cultural anthropology; imitation; oral traditions; quotation; cultural history; folklore; quotation marks; english; plagiarism; language; quoting; sociolinguistics; originality; oral literature; Erasmus; Latin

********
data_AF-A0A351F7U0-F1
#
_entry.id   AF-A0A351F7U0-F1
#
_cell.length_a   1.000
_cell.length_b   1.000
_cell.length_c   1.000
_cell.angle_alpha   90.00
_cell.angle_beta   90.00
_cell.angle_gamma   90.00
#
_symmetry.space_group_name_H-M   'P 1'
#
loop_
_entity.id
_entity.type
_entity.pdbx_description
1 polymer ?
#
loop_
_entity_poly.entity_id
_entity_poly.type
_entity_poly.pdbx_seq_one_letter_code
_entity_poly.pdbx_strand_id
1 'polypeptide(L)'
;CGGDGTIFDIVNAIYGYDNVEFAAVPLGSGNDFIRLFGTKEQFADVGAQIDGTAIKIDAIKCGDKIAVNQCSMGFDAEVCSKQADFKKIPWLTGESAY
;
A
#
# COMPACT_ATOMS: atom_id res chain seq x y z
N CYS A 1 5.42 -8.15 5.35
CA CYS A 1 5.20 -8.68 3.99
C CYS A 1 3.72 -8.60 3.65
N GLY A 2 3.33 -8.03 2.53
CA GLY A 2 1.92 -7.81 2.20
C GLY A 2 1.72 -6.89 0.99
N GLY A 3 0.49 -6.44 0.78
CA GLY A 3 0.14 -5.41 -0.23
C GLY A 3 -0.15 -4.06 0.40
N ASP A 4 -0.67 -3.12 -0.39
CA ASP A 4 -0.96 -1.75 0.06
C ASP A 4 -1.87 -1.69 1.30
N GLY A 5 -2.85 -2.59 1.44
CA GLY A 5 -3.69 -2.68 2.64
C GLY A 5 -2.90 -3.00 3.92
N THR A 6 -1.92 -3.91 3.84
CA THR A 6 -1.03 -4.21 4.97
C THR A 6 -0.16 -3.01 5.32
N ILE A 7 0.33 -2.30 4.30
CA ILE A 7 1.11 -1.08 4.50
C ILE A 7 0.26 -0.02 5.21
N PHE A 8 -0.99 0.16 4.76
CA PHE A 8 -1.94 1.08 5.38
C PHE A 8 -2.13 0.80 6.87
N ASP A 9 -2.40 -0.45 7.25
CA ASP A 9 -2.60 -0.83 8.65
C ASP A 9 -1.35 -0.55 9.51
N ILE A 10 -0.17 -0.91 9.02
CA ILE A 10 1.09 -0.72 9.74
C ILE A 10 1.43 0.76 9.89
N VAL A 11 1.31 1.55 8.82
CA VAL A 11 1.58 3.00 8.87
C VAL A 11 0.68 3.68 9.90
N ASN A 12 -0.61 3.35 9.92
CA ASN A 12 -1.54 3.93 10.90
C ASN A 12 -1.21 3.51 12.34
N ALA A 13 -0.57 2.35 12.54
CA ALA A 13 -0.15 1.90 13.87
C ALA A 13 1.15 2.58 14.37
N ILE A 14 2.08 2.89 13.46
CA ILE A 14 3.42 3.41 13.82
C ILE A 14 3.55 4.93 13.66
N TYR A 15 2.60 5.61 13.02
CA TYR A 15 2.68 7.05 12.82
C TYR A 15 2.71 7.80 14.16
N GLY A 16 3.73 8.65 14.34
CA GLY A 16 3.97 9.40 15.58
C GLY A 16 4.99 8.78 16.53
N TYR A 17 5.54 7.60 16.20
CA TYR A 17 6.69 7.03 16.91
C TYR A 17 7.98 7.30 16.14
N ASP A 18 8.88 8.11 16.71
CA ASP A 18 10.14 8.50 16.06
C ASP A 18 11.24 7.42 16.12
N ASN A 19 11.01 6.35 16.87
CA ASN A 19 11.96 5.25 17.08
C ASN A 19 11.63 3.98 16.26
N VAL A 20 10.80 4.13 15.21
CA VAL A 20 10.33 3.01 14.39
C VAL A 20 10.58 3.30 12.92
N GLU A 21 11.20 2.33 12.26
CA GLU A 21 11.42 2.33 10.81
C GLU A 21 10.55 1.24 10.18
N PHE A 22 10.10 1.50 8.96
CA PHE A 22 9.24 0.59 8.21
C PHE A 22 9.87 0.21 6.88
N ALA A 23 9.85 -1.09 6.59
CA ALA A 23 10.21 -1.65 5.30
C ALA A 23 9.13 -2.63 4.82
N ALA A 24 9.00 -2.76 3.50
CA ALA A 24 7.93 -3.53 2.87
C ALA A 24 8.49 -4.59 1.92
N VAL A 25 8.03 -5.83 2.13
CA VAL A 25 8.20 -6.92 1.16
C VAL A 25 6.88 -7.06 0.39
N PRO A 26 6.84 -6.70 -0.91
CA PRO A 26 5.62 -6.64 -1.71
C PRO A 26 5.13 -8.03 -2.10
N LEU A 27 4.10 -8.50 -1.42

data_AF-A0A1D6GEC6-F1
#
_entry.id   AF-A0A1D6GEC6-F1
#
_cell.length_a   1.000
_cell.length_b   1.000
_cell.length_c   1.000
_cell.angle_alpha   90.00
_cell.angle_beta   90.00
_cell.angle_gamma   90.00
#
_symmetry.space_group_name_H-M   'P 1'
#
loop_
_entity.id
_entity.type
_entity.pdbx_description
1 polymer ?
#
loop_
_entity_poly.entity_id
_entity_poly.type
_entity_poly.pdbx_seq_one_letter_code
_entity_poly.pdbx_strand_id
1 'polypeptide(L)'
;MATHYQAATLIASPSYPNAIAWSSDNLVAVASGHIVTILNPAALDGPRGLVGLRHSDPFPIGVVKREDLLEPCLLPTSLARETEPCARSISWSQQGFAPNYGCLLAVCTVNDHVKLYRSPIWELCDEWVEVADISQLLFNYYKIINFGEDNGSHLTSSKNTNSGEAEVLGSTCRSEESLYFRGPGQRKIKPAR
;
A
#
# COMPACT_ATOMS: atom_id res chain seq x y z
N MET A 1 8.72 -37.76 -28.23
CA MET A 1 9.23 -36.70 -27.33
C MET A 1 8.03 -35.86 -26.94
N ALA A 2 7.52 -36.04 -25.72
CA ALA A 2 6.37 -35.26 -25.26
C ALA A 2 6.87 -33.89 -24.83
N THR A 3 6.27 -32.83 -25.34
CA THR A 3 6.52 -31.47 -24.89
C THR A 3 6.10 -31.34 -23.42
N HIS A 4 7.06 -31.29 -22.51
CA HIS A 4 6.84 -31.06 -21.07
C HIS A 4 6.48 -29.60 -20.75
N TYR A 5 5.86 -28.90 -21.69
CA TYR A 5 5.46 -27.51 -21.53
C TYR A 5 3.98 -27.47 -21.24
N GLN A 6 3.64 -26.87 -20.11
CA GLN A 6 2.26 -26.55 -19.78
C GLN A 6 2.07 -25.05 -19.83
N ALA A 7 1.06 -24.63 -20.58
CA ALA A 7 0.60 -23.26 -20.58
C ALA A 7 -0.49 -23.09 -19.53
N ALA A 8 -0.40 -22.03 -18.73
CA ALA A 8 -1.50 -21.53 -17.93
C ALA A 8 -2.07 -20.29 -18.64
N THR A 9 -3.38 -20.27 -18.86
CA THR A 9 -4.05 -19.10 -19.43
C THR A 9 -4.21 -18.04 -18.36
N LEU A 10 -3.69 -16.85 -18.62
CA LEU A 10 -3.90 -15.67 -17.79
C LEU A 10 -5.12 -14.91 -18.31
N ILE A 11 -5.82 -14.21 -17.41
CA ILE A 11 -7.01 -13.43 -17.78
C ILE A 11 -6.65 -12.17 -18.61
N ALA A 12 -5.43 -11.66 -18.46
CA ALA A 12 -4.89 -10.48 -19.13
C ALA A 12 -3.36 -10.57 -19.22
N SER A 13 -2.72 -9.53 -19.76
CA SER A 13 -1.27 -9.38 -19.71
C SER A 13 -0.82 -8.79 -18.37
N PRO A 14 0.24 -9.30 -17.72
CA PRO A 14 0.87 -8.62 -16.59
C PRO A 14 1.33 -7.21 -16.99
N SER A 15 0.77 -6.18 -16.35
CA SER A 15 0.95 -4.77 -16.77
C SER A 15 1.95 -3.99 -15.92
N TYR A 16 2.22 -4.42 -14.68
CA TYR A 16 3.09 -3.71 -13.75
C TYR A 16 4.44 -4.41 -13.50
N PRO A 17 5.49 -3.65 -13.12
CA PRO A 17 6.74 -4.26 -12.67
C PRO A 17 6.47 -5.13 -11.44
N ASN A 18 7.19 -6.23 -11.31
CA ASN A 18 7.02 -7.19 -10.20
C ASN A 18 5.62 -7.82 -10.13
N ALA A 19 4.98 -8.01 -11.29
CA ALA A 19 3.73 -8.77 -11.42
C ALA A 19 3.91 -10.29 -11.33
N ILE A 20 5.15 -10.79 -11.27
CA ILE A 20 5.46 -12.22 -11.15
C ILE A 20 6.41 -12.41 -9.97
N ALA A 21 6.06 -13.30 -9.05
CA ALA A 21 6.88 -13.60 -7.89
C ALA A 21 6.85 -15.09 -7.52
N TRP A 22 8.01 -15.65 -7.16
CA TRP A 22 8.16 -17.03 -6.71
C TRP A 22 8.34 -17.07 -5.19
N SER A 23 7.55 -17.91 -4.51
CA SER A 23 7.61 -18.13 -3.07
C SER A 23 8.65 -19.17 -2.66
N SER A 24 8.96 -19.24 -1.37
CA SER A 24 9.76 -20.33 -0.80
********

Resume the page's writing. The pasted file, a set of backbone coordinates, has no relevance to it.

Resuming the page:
Quoting is all around us. But do we really know what it means? How do people actually quote today, and how did our present systems come about? This book brings together a down-to-earth account of contemporary quoting with an examination of the comparative and historical background that lies behind it and the characteristic way that quoting links past and present, the far and the near. Drawing from anthropology, cultural history, folklore, cultural studies, sociolinguistics, literary studies and the ethnography of speaking, Ruth Finnegan’s fascinating study sets our present conventions into cross-cultural and historical perspective. She traces the curious history of quotation marks, examines the long tradition of quotation collections with their remarkable recycling across the centuries, and explores the uses of quotation in literary, visual and oral traditions. The book tracks the changing definitions and control of quoting over the millennia and in doing so throws new light on ideas such as ‘imitation’, ‘allusion’, ‘authorship’, ‘originality’ and ‘plagiarism’.
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